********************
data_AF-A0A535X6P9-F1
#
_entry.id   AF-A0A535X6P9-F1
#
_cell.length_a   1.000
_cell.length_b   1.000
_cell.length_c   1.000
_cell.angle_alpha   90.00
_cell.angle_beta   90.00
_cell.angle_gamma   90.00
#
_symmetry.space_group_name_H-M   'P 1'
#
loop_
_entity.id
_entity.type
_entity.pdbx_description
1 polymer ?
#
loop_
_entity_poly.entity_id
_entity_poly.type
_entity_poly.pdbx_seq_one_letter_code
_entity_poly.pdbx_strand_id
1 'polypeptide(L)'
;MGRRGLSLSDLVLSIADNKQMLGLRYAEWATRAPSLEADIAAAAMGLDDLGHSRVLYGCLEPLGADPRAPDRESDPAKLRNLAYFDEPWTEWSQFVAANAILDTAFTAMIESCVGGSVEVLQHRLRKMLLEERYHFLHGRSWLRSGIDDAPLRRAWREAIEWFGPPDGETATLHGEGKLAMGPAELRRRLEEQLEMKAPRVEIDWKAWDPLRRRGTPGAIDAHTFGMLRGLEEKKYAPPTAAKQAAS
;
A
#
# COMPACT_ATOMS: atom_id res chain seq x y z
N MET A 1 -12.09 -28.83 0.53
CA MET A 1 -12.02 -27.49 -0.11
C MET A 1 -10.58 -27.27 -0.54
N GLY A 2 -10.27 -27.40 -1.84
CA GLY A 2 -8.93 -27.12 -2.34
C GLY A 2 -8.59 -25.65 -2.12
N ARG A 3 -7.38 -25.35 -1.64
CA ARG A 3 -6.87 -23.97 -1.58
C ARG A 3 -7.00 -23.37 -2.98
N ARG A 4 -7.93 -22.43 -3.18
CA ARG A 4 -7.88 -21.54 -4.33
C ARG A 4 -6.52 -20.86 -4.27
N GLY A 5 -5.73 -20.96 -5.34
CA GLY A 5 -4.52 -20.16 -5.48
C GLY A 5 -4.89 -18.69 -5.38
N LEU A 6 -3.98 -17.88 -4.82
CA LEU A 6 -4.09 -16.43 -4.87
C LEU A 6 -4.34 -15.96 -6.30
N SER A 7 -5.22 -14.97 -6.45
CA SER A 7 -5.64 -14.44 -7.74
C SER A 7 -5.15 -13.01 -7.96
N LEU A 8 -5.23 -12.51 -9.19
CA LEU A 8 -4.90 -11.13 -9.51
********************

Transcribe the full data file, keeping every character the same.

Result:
data_AF-A0A535X6P9-F1
#
_entry.id   AF-A0A535X6P9-F1
#
_cell.length_a   1.000
_cell.length_b   1.000
_cell.length_c   1.000
_cell.angle_alpha   90.00
_cell.angle_beta   90.00
_cell.angle_gamma   90.00
#
_symmetry.space_group_name_H-M   'P 1'
#
loop_
_entity.id
_entity.type
_entity.pdbx_description
1 polymer ?
#
loop_
_entity_poly.entity_id
_entity_poly.type
_entity_poly.pdbx_seq_one_letter_code
_entity_poly.pdbx_strand_id
1 'polypeptide(L)'
;MGRRGLSLSDLVLSIADNKQMLGLRYAEWATRAPSLEADIAAAAMGLDDLGHSRVLYGCLEPLGADPRAPDRESDPAKLRNLAYFDEPWTEWSQFVAANAILDTAFTAMIESCVGGSVEVLQHRLRKMLLEERYHFLHGRSWLRSGIDDAPLRRAWREAIEWFGPPDGETATLHGEGKLAMGPAELRRRLEEQLEMKAPRVEIDWKAWDPLRRRGTPGAIDAHTFGMLRGLEEKKYAPPTAAKQAAS
;
A
#
# COMPACT_ATOMS: atom_id res chain seq x y z
N MET A 1 -12.09 -28.83 0.53
CA MET A 1 -12.02 -27.49 -0.11
C MET A 1 -10.58 -27.27 -0.54
N GLY A 2 -10.27 -27.40 -1.84
CA GLY A 2 -8.93 -27.12 -2.34
C GLY A 2 -8.59 -25.65 -2.12
N ARG A 3 -7.38 -25.35 -1.64
CA ARG A 3 -6.87 -23.97 -1.58
C ARG A 3 -7.00 -23.37 -2.98
N ARG A 4 -7.93 -22.43 -3.18
CA ARG A 4 -7.88 -21.54 -4.33
C ARG A 4 -6.52 -20.86 -4.27
N GLY A 5 -5.73 -20.96 -5.34
CA GLY A 5 -4.52 -20.16 -5.48
C GLY A 5 -4.89 -18.69 -5.38
N LEU A 6 -3.98 -17.88 -4.82
CA LEU A 6 -4.09 -16.43 -4.87
C LEU A 6 -4.34 -15.96 -6.30
N SER A 7 -5.22 -14.97 -6.45
CA SER A 7 -5.64 -14.44 -7.74
C SER A 7 -5.15 -13.01 -7.96
N LEU A 8 -5.23 -12.51 -9.19
CA LEU A 8 -4.90 -11.13 -9.51